They say that history repeats itself, but only few had thought that it would repeat so quickly for the Indian team. It's the third occasion, when India started their campaign in Melbourne on a positive note, only to lose the fizz as the match progressed, except in the second Twenty20 that they won on Friday.
Even on the Boxing Day Test of India's whitewash series recently, they had an upper hand for the first three days but couldn't maintain the momentum and lost the battle in the end.
Australia were 35/2 in the opening encounter of the tri-series on Sunday when rain interrupted the play for over three hours. But what we witnessed thereafter was the way it has been throughout the tour. The team bowled and fielded the way they did in their T20 win against the same opponents two nights ago, but the rain break, instead of affecting the rhythm of the batsmen, affected the concentration of the Indian bowlers. Almost all of them, with the exception of Vinay Kumar, paid the price for bowling inconsistently.
Nitin Chouhan: India faltered on all counts in the first match of the CB Series.
The strategy of going in with three spinners - including the left-arm spin of Ravindra Jadeja - and not with an extra seam bowler, backfired big time. Having an extra pace bowler instead of a bulk of spin-bowling options should have been the recipe for the Indians, especially after taking in account the two new balls which are available these days from each end. And anyway, the way R Ashwin has been hit for runs in Australia, he could have easily given way to the experienced Zaheer Khan or young Umesh Yadav.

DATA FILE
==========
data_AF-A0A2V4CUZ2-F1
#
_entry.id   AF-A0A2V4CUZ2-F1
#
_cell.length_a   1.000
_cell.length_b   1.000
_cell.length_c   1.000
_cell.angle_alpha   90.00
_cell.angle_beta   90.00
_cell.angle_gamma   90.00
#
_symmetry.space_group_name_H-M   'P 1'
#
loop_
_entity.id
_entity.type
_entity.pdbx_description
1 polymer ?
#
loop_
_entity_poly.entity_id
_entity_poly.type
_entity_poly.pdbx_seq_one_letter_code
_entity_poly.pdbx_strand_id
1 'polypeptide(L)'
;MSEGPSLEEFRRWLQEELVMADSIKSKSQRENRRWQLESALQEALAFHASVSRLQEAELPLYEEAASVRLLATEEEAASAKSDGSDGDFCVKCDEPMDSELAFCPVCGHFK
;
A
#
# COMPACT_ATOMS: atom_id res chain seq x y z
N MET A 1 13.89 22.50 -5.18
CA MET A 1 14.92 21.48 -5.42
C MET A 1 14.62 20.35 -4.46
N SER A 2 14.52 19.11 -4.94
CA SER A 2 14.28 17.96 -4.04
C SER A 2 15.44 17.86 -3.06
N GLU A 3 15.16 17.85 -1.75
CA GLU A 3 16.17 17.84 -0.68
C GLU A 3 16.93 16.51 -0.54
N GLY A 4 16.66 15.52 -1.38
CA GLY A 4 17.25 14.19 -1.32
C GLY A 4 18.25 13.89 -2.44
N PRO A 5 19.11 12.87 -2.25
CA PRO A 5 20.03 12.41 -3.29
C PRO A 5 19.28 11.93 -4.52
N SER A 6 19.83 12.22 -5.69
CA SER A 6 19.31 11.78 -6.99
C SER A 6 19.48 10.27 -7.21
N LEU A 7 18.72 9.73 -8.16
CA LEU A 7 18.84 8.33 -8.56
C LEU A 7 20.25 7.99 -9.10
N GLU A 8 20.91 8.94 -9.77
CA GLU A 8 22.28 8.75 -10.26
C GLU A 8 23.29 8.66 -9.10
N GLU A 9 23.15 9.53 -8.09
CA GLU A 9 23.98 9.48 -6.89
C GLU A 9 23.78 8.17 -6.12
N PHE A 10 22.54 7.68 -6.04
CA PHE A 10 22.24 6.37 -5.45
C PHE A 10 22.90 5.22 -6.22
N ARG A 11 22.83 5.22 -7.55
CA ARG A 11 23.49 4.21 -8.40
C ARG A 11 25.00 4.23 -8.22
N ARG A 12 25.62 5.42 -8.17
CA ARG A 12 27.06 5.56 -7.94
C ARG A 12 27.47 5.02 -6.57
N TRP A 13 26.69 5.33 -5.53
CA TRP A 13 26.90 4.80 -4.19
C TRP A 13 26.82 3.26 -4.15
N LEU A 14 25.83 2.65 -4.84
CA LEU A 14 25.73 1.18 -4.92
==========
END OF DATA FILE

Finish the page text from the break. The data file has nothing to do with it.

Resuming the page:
MS Dhoni was found short of resources so much so that he got four overs bowled from the part-timers immediately after the game resumed. Ravindra Jadeja, who was raked in for over $ 2mn in Saturday's IPL auction for his all-round abilities, also lived up to his reputation of giving away too many six-hitting deliveries. David Hussey, with his spunky knock, made merry with the long hops offered by Jadeja.
Chasing a target, with the required run-rate hovering around seven from the outset, was always going to be a tough ask. And the Indians were behind the eight ball once they lost Sachin Tendulkar and Gautam Gambhir early. Virat Kohli and Rohit Sharma played brisk knocks in the middle but could not carry on with the required rate.
Suresh Raina, for the upteempth time in his career, was caught on the hop when he was tested with a bouncer by Daniel Christian, while Ashwin's athleticism couldn't match Dhoni's and the Indian tail surrendered meekly one more time.
Another poor show by the middle order batsmen should make Dhoni consider promoting himself up in the batting order. He has been found short of partners quite a few number of times in India's recent limited-over encounters.
But India should find solace from the fact that they will be playing Sri Lanka next and not Australia on Wednesday. At least it will give them a chance to stop a streak of defeats they have suffered on foreign soil, if we count the T20 relief as a breather at best.